Adult minimum wage rate to rise
The adult rate of the minimum wage is to rise by 11p to £6.19 an hour from October, Business Secretary Vince Cable has announced.
But the rates for younger workers will be frozen at £4.98 for 18 to 20-year-olds and £3.68 for 16 to 17-year-olds. Apprentices will enjoy a 5p increase in their minimum wage to £2.65 an hour. The changes are in line with the recommendations of the independent Low Pay Commission and come into effect on October 1.
Mr Cable said: "I believe that the recommendations of the Low Pay Commission strike the right balance between pay and jobs, and have therefore accepted all the rate recommendations. The Low Pay Commission has done a good job in difficult circumstances.
"In these tough times freezing the youth rates has been a very hard decision - but raising the youth rates would have been of little value to young people if it meant it was harder for them to get a job in the long run."
LPC chair David Norgrove - who was reappointed for a second four-year term on Monday - said: "We welcome the Government's acceptance of our recommendations on the rates for the National Minimum Wage.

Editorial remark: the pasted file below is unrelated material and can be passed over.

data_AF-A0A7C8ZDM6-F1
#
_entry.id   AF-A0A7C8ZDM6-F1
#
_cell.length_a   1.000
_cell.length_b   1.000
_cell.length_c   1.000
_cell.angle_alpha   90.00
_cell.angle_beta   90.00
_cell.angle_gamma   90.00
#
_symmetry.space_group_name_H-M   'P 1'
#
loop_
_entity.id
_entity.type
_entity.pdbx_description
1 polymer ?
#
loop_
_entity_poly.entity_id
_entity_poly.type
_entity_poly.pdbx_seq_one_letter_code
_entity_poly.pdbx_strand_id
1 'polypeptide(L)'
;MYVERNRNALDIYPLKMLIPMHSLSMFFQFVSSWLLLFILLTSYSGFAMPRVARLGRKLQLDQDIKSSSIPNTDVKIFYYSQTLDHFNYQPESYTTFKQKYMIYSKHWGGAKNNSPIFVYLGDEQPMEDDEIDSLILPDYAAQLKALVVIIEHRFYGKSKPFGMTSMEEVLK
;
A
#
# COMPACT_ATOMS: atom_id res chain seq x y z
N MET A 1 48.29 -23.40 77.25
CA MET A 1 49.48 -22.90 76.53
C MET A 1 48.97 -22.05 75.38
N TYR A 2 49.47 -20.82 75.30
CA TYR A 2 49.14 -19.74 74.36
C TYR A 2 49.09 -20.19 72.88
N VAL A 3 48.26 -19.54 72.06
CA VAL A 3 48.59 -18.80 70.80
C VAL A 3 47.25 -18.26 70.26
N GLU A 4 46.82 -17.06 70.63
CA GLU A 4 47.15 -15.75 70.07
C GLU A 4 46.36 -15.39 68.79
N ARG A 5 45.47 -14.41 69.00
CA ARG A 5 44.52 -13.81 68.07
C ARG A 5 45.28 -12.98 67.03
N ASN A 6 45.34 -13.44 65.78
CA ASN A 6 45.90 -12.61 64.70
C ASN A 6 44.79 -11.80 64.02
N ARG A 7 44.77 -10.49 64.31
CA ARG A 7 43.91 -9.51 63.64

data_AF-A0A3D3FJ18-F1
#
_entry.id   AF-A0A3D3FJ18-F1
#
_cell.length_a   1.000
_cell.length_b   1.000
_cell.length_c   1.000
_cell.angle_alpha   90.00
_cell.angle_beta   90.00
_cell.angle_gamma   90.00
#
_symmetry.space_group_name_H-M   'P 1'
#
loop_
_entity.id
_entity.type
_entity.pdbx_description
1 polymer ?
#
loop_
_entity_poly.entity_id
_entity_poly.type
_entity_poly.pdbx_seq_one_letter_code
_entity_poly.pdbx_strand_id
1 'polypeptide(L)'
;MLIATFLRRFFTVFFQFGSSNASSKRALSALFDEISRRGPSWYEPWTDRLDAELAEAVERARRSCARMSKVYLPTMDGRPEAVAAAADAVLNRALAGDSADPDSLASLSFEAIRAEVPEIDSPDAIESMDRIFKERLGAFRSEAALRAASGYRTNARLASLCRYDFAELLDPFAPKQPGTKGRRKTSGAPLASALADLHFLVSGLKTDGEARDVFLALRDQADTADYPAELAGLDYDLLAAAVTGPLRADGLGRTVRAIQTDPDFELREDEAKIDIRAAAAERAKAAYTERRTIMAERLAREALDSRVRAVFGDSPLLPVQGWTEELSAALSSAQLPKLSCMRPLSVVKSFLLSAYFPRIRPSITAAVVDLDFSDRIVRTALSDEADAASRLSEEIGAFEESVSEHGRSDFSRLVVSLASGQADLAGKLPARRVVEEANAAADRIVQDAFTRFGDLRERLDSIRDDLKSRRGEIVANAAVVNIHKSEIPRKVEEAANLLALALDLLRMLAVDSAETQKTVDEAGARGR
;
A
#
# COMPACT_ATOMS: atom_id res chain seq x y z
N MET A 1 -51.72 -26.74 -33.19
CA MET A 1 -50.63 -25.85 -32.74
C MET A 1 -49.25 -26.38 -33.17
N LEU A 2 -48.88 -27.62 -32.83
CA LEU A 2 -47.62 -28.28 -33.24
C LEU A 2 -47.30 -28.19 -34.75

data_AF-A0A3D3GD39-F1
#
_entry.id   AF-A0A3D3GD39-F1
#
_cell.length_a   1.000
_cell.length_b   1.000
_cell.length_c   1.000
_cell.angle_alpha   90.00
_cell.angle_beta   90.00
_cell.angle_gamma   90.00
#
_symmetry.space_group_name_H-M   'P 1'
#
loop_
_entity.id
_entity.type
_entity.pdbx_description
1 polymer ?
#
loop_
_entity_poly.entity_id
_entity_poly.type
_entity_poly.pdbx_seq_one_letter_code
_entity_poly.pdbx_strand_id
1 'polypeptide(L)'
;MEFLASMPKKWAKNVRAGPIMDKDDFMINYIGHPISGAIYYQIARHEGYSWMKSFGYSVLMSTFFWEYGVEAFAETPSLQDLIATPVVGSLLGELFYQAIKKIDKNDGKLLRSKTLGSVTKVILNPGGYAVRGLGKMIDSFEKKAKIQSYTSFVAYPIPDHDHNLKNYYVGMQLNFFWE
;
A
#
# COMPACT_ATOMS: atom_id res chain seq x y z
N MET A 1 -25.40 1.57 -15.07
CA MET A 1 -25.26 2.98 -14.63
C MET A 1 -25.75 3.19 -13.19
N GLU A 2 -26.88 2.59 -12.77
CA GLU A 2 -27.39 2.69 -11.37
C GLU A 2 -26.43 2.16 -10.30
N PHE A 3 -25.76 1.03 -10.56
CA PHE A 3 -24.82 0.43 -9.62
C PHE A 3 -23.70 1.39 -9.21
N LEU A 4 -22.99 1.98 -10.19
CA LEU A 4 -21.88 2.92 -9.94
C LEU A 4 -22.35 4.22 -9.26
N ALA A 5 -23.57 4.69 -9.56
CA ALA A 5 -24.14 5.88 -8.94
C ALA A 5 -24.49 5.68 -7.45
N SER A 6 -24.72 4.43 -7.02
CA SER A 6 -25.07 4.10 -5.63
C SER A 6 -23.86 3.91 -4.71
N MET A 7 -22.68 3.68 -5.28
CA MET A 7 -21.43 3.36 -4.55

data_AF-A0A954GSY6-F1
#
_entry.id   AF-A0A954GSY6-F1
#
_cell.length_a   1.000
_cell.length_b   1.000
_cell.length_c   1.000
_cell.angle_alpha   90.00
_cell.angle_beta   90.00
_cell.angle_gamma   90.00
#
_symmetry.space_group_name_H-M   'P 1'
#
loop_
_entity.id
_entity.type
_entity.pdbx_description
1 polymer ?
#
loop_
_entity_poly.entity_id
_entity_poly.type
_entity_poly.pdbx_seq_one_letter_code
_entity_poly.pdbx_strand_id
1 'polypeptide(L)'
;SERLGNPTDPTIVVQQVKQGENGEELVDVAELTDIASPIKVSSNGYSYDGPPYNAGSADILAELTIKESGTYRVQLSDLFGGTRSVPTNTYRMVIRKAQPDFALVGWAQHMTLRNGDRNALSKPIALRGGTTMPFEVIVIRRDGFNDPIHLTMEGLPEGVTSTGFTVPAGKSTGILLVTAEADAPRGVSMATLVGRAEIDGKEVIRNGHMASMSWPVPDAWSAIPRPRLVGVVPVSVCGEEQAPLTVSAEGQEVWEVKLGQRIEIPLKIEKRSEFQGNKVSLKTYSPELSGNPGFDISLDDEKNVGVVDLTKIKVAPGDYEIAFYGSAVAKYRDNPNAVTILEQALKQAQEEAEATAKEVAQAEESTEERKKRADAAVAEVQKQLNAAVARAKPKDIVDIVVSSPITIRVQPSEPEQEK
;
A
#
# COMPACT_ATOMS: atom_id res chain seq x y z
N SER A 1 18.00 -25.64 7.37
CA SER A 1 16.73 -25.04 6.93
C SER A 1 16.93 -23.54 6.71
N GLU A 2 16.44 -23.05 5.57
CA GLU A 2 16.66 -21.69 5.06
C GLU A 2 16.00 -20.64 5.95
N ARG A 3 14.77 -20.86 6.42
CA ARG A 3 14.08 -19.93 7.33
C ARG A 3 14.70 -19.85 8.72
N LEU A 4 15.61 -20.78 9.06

"The Commission was again unanimous, despite all the economic uncertainties and the different pressures on low-paid workers and businesses. We believe we have struck the right balance between the needs of these workers and the challenges faced by employers."
The minimum wage was introduced by Labour in 1999 at £3.60 an hour for adults, and is revised each year on the basis of recommendations from the Low Pay Commission. This year's 11p hike for workers aged 21 and over amounts to a 1.8 per cent rise - around half of CPI inflation, which stood at 3.6 per cent in the most recent figures.
It increases the annual pay for a full-time worker on 40 hours a week on minimum wage by £228.80 to £12,875.
Asked what the justification was for the freeze on rates for younger workers, Prime Minister David Cameron's official spokesman said: "We are accepting the LPC recommendations. I think the judgment that has been made is one about youth employment rates.
"Raising youth rates wouldn't benefit young people if it meant that it was more difficult for them to find a job."